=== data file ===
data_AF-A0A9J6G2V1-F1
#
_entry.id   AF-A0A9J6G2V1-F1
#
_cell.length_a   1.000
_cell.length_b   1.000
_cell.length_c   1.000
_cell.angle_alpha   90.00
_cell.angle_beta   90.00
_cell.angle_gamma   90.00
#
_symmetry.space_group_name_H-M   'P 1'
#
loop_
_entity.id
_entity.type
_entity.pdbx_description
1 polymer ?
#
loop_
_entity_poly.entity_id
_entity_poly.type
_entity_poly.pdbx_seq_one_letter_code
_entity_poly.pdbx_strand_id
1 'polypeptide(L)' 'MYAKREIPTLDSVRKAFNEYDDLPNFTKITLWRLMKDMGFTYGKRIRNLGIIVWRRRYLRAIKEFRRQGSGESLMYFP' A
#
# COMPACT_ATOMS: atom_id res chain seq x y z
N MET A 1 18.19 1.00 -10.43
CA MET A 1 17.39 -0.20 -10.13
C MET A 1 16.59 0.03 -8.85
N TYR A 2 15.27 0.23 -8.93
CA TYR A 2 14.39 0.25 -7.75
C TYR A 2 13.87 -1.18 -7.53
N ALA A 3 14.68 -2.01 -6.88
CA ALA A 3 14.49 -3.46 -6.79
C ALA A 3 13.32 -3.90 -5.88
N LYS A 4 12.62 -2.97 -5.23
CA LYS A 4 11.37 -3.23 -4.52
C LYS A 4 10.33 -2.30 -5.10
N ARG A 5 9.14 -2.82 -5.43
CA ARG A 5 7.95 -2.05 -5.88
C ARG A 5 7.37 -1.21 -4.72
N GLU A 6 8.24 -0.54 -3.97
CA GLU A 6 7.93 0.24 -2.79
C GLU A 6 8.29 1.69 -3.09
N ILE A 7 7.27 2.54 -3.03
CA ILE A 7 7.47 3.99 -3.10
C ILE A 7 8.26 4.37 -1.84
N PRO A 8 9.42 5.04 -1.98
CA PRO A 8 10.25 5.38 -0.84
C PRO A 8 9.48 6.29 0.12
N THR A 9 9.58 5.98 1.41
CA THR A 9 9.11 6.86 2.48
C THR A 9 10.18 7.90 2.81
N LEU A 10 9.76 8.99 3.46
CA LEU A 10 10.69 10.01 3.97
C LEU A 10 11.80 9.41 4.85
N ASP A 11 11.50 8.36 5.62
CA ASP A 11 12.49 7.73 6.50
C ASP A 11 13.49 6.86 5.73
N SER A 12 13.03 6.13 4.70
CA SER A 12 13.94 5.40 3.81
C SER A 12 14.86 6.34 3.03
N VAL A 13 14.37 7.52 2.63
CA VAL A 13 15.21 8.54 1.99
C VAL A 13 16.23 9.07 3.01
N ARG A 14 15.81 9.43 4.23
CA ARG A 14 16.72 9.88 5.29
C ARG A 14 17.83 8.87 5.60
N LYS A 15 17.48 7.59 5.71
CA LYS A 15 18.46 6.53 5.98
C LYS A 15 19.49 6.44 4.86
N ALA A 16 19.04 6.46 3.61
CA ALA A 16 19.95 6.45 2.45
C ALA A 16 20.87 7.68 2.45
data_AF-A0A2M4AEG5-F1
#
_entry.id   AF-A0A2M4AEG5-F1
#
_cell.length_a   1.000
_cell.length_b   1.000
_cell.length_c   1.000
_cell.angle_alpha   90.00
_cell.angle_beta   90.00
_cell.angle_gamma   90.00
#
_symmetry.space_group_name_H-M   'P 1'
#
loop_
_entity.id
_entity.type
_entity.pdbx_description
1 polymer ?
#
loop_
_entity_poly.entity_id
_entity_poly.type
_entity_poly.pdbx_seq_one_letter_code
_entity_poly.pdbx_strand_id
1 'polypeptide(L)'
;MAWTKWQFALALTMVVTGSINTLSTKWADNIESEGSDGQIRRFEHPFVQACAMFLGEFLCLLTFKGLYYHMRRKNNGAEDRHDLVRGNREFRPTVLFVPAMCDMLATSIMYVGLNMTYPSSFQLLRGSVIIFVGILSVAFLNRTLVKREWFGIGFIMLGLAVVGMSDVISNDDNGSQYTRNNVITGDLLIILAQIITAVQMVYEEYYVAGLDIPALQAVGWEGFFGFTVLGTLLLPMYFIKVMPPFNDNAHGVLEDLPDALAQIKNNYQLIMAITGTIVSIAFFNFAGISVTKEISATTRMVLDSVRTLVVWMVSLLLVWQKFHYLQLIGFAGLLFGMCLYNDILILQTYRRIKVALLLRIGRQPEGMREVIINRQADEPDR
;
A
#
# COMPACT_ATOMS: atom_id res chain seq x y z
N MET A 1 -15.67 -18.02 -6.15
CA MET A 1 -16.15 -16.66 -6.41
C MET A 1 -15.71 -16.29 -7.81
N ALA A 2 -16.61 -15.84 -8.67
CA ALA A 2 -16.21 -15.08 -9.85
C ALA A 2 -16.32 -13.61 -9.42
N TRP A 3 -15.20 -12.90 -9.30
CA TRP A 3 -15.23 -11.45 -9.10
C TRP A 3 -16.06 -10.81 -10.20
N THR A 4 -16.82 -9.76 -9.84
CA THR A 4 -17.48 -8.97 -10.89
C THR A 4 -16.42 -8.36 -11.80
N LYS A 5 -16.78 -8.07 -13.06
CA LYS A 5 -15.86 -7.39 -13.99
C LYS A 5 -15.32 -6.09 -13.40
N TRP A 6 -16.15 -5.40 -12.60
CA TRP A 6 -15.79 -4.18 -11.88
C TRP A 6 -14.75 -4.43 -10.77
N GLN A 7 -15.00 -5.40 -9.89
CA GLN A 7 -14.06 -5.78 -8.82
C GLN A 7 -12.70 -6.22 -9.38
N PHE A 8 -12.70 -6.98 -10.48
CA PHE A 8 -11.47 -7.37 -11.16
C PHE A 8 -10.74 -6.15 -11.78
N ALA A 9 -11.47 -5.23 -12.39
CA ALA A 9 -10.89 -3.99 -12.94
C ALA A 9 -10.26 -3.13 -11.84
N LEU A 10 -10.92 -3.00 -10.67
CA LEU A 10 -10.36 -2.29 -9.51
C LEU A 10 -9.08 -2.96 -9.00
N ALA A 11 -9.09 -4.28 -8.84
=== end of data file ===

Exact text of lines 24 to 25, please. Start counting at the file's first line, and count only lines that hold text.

_entity_poly.pdbx_strand_id
1 'polypeptide(L)' 'MYAKREIPTLDSVRKAFNEYDDLPNFTKITLWRLMKDMGFTYGKRIRNLGIIVWRRRYLRAIKEFRRQGSGESLMYFP' A